Methodology: digital radio map
Most of the information for the digital radio map comes from the FCC's CDBS database as of April 13, 2010. FM contours come from a separate FCC file accessed Jan. 30, 2010. Information about station owners and radio format comes from iBiquity (as of April 22, 2010); Arbitron market information comes from AllAccess.com (as of May, 13, 2010) and is reproduced here with permission. ZIP code information is from ESRI's 2009 file. Some station formats have been expanded from the abbreviations used by iBiquity and, in other cases, edited for clarity.
FM station markers are placed at the transmitter location identified in the FCC's radio contour files. This location may vary greatly from city identified as the "community served" on FCC filings. The service contours (the circular service areas that appear on the map) are based on licensed operating conditions, and may not reflect day-to-day transmission changes. According to the FCC: "Distances to FM service contours are generated using the effective radiated power in a given direction, and the radial HAAT in that direction, with the FCC's F(50,50) propagation curves. See FM Propagation Curves and Antenna Height Above Average Terrain (HAAT) Calculations for additional information on this process." FM contour shapes have been simplified to minimize download time.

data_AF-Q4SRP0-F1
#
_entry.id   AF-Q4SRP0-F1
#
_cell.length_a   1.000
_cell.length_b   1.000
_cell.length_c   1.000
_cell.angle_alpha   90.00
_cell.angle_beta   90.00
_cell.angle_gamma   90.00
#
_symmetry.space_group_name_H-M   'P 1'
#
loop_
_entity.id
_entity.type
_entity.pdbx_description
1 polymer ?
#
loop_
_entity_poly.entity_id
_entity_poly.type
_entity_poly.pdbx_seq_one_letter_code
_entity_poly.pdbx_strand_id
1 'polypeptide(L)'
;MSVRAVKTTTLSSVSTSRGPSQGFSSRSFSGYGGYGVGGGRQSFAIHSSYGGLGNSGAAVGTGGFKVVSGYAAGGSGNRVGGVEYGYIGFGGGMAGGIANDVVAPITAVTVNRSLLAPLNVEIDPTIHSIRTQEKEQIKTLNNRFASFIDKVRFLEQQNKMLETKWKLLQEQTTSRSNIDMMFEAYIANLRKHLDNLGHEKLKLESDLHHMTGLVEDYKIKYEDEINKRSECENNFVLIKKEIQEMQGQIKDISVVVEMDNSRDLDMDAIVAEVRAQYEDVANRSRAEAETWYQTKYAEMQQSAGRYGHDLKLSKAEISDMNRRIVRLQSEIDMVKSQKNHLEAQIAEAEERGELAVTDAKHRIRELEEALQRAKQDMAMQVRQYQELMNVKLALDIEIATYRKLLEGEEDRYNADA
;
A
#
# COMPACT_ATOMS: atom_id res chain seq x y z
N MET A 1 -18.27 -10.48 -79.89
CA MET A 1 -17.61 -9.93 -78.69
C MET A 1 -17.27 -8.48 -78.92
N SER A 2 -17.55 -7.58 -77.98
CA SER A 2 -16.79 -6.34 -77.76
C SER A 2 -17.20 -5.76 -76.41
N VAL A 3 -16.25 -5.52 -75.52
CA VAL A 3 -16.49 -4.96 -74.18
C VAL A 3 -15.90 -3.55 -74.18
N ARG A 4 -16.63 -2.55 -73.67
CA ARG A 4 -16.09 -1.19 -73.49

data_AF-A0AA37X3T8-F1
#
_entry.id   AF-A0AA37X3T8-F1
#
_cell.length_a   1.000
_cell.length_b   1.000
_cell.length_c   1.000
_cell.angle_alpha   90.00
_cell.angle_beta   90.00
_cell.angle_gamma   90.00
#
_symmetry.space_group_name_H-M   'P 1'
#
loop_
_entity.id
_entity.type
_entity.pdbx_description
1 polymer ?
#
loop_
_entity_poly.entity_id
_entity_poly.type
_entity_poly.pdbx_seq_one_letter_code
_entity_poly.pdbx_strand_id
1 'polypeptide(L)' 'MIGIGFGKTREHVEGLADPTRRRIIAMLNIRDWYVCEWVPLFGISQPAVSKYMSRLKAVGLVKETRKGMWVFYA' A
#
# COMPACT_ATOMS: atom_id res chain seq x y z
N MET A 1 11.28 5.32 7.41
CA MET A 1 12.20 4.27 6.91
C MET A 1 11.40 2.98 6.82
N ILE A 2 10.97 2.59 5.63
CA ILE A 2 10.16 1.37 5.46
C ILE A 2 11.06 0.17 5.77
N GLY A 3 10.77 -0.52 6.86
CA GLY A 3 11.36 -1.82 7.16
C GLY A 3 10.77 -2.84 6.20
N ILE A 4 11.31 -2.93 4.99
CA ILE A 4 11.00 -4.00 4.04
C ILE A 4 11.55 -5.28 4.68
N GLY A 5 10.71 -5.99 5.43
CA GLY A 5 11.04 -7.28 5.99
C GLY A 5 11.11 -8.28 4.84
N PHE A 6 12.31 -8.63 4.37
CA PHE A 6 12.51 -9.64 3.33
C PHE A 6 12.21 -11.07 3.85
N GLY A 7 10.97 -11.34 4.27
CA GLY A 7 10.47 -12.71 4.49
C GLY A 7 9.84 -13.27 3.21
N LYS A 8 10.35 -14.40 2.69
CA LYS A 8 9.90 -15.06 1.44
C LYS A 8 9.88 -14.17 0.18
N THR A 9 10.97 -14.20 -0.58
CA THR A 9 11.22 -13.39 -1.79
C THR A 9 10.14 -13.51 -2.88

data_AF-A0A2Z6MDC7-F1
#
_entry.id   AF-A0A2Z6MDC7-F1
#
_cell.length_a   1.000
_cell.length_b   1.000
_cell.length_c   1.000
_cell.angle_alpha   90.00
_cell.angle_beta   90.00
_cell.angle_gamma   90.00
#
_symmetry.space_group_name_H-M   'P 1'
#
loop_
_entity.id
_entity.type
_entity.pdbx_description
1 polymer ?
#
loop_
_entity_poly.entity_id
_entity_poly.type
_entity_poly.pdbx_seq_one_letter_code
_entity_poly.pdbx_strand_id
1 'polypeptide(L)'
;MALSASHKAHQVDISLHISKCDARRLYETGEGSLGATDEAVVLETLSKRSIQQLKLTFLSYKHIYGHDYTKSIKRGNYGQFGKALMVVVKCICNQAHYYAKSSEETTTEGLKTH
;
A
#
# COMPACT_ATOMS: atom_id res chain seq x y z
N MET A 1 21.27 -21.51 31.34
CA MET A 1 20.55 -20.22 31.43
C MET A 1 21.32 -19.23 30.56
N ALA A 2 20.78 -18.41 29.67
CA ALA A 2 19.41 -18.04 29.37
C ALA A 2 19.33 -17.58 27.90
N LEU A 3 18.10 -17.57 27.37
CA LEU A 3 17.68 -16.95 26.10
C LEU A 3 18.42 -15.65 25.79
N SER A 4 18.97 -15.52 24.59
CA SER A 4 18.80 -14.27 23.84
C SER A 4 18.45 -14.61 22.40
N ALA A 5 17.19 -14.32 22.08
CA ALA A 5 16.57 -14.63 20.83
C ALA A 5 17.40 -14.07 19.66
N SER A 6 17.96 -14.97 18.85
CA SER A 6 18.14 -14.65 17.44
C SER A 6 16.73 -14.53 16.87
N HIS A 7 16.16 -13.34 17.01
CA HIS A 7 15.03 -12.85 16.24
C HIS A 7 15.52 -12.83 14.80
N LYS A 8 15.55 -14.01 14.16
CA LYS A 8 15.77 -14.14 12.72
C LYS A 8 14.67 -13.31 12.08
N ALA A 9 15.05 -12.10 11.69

AM signal strength varies greatly by time of day and other factors. Consequently, the FCC does not calculate station range the way they do for FM stations. In the map, we've considered AM stations within 50 miles of a particular ZIP code to be available in that ZIP code. Most AM station markers are placed at the strongest daytime transmitting antenna; in cases where FCC data is missing or ambiguous, the markers have been placed on the "community served".
The US Postal service assigns some ZIP codes to single locations; these ZIP codes are not included. ZIP code outlines used in this analysis are from ESRI. Address lookups are performed by Google's geocoding and reverse geocoding services; for best results, use a complete street address.